Judge forced to kick 2 more accused felons, blames JCSD
Last week, Sheriff Alex Hodge stood before an audience at the Laurel Train Depot and Supertalk radio listeners and proclaimed, “I promised that if we were given papers and process and warrants, that we would serve those, and we’ve done that.”
This week, two more accused felons stood before Judge Dal Williamson in Jones County Circuit Court and had their cases dismissed because Hodge’s department didn’t serve their indictments in a timely manner.
Since January, at least 20 accused felons have been given a walk for the same reason — for failure to be served.
Roberta Carter had a total of three felony charges dismissed from cases that were more than 10 years old and Frank Holder had four felonies dismissed on cases that were more than six years old. Both were not served with their indictments until this year, which violated their Sixth Amendment right to a speedy trial, the judge ruled.
“The only reason for the delay appears to be insufficient effort,” Williamson said. “There’s no good reason for the delay.”
Carter was charged with felony malicious mischief in April 2008, then with making fraudulent statements and representations to fraudulently collect federal assistance in 2010. She was accused of destroying ex-boyfriend Lavaris Evans’ plasma TV, a vehicle window, his bed, clothes and carpet, according to the first indictment from more than 11 years ago.
Her second and third indictments accuse her of “failing to disclose a change in circumstances” and altering check stubs to continue to receive federal aid benefits from February 2008 to March 2009.
“It’s been so long, there’s no way her employer would still have proof” of the amount of her paychecks, public defender John Piazza said, and that would hinder the prosecution and the defense.
Records show that Carter was never arrested or served with any of the indictments until May of this year, after the Leader-Call started publishing stories about the rash of dismissed felonies due to the department’s failure to serve papers to the accused in a timely manner.
“She was on food stamps the whole time, so she could’ve been found,” said Piazza, who filed the motion to dismiss Carter’s cases.
Carter also received “numerous citations” on the coast and elsewhere after she was indicted, but still wasn’t held and served with papers from the Jones County Sheriff’s Department during any of those run-ins with the law, Piazza said.
“If she had been on NCIC (National Crime Information Center), she would’ve been picked up,” he said. “They could’ve put her in jail and served her there.”
District Attorney Tony Buckley didn’t make an argument against Piazza’s motion to dismiss.
“We will confess the motion, based on previous rulings,” he said.
Carter said she didn’t know anything about the charges until she was served a couple of months ago.
“What attempts were there to serve her?’ Williamson asked, thumbing through the paperwork. “I don’t see any in the file.”
Williamson said he had no choice but to dismiss the case.
Public defender Cruz Gray filed the motion to dismiss the charges against Holder, who was indicted for four counts of forgery in March 2013. Since that time, Holder has had two addresses and the same phone number, Gray said.
“He had 14 traffic citations in the interim,” Gray said, but his client was never held or served with his indictments during those encounters with law enforcement.
Gray noted that 2,039 days passed between the time Holder was arrested in September 2013 and the time he was served in April, after being held by law enforcement in Gulfport.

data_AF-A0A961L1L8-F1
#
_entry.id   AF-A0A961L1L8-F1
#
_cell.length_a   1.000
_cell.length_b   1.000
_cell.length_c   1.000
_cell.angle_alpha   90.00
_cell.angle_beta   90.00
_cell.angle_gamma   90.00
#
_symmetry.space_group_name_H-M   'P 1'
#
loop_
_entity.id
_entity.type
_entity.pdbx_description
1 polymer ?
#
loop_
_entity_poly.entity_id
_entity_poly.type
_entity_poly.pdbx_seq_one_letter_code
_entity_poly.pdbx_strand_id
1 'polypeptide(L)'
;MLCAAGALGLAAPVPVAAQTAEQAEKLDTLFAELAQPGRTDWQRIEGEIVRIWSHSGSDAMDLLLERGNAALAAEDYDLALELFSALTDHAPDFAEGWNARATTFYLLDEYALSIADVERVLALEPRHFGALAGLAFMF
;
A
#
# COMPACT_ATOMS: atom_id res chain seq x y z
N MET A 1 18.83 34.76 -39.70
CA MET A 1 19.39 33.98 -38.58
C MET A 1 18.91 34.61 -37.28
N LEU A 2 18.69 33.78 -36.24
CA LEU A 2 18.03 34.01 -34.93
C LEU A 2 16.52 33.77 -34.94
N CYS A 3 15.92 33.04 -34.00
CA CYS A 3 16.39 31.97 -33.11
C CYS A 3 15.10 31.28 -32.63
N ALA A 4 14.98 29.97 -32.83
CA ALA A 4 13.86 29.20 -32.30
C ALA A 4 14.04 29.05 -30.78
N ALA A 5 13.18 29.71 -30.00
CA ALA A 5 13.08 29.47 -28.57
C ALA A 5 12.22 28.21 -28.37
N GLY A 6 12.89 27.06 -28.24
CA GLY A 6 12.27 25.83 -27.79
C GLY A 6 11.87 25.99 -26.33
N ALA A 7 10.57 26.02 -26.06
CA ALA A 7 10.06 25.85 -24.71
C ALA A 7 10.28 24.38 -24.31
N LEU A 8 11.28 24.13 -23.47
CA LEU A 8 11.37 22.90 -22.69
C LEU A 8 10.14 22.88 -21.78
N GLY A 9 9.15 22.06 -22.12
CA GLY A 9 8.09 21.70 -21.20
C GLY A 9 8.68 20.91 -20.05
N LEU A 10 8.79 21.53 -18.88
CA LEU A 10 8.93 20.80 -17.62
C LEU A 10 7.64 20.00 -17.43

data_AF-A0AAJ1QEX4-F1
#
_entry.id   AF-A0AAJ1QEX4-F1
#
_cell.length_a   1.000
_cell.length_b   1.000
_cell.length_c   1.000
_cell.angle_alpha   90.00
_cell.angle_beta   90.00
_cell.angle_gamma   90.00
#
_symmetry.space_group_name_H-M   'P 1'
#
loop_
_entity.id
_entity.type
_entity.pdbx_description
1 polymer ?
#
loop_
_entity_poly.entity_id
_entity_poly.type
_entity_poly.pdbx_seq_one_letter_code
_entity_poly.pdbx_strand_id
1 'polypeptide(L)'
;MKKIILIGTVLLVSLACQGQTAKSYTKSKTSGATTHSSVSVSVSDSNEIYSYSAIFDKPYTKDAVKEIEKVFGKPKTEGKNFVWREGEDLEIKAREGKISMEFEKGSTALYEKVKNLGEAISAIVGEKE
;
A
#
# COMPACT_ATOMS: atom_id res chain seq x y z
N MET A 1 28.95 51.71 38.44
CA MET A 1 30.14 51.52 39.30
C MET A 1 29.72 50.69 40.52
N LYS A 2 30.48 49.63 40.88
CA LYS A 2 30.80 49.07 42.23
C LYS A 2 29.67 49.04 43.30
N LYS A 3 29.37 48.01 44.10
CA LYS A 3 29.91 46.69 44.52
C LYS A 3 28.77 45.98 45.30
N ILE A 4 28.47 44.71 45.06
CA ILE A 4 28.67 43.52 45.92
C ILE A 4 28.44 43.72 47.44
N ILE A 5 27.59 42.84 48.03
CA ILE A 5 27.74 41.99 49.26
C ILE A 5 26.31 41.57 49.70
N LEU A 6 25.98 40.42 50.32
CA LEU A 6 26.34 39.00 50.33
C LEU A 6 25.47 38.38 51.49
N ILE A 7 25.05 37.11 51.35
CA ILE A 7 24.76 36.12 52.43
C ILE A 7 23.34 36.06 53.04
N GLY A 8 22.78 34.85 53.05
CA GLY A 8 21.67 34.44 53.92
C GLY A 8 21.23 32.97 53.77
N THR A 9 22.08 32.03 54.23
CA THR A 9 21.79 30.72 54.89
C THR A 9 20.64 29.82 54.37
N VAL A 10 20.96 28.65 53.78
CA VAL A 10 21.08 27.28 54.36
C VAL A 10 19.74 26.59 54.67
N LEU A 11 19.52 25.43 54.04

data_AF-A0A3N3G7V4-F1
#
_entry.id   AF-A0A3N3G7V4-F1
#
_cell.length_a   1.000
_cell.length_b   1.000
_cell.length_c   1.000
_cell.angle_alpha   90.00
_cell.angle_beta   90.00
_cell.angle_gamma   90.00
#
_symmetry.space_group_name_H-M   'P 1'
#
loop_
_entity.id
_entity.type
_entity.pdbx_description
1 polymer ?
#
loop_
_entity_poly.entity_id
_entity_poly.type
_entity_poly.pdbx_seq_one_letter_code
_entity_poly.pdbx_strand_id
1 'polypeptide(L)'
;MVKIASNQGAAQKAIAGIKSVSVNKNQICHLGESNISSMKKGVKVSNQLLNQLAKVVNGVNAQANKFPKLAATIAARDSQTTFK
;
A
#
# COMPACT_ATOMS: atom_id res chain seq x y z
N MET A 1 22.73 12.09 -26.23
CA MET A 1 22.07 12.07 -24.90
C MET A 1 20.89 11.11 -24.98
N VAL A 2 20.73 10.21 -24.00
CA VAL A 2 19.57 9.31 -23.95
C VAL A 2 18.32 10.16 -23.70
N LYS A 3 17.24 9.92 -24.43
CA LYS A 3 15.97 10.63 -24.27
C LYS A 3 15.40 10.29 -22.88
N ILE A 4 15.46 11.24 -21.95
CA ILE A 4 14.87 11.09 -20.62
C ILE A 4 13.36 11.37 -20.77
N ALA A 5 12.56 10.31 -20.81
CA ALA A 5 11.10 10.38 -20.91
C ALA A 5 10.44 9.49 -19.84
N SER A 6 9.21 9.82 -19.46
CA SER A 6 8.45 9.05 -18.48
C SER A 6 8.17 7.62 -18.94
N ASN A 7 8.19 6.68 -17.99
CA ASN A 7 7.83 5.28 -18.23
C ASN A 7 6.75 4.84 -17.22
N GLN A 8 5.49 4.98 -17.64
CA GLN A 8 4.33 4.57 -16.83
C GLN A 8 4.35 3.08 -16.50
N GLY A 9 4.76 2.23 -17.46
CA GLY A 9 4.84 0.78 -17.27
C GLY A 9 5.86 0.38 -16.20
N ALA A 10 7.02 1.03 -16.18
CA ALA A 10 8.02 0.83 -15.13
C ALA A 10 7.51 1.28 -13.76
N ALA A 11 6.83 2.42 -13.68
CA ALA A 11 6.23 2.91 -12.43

“That was 2,000 opportunities to serve him, but they just didn’t try,” Gray said of the JCSD. “Another jurisdiction’s apprehension prompted action in Jones County.”
Holder was accused of forging checks of $500 to $900 on the accounts of County Line Fence Co. and owner Mann Broadhead more than six years ago, according to the indictments.
Assistant District Attorney Dennis Bisnette said he had no explanation for the JCSD’s failure to get the papers served. He said Holder was finally caught after he was placed on NCIC in March.
“It’s a different day now with (Deputy) Bobby Moree in charge (of serving process),” Buckley said. “This is in the past.”
Williamson agreed, but said he had no choice but to dismiss the Holder case, too. He cited case law showing that a delay of eight months is considered too long of a delay by the state Supreme Court. If he ruled otherwise, he would almost certainly be overruled by the high court, he’s said.
Hodge called a press conference in May to talk about the issue of unserved indictments.
“Those that were recently dismissed, that’s not on us,” Hodge said after the 14th dismissal for lack of a speedy trial. “That’s the law.”
In the cases that have been dismissed, the delays ranged from almost three years to more than 12 years between the time the defendants were arrested and the time they were served with their indictments. There was “no satisfactory reason” for the delays, Williamson wrote in the orders to dismiss. All of the defendants had lived and/or worked at the same locations for years and JCSD officials made only one attempt to get the paperwork to them.
“With reasonable diligence, the Sheriff’s Department should have been able to serve the indictment,” Williamson wrote in most of the orders.
Hodge said his department has a 94-percent success rate of serving indictments since he took office in 2008 and noted, “We’ve done that with a total staffing of 39 people.” He said that “manpower and staffing” are issues with the department, continuing with a theme that goes back to his budget battles with the Board of Supervisors that boiled over last year.
“Let me be honest,” he said. “If we go one time (to serve an indictment), that’s great. If we get there two times, it’s a blessing. If we make it a third time, it’s a miracle … that doesn’t mean we’re not looking for them and we don’t keep looking.”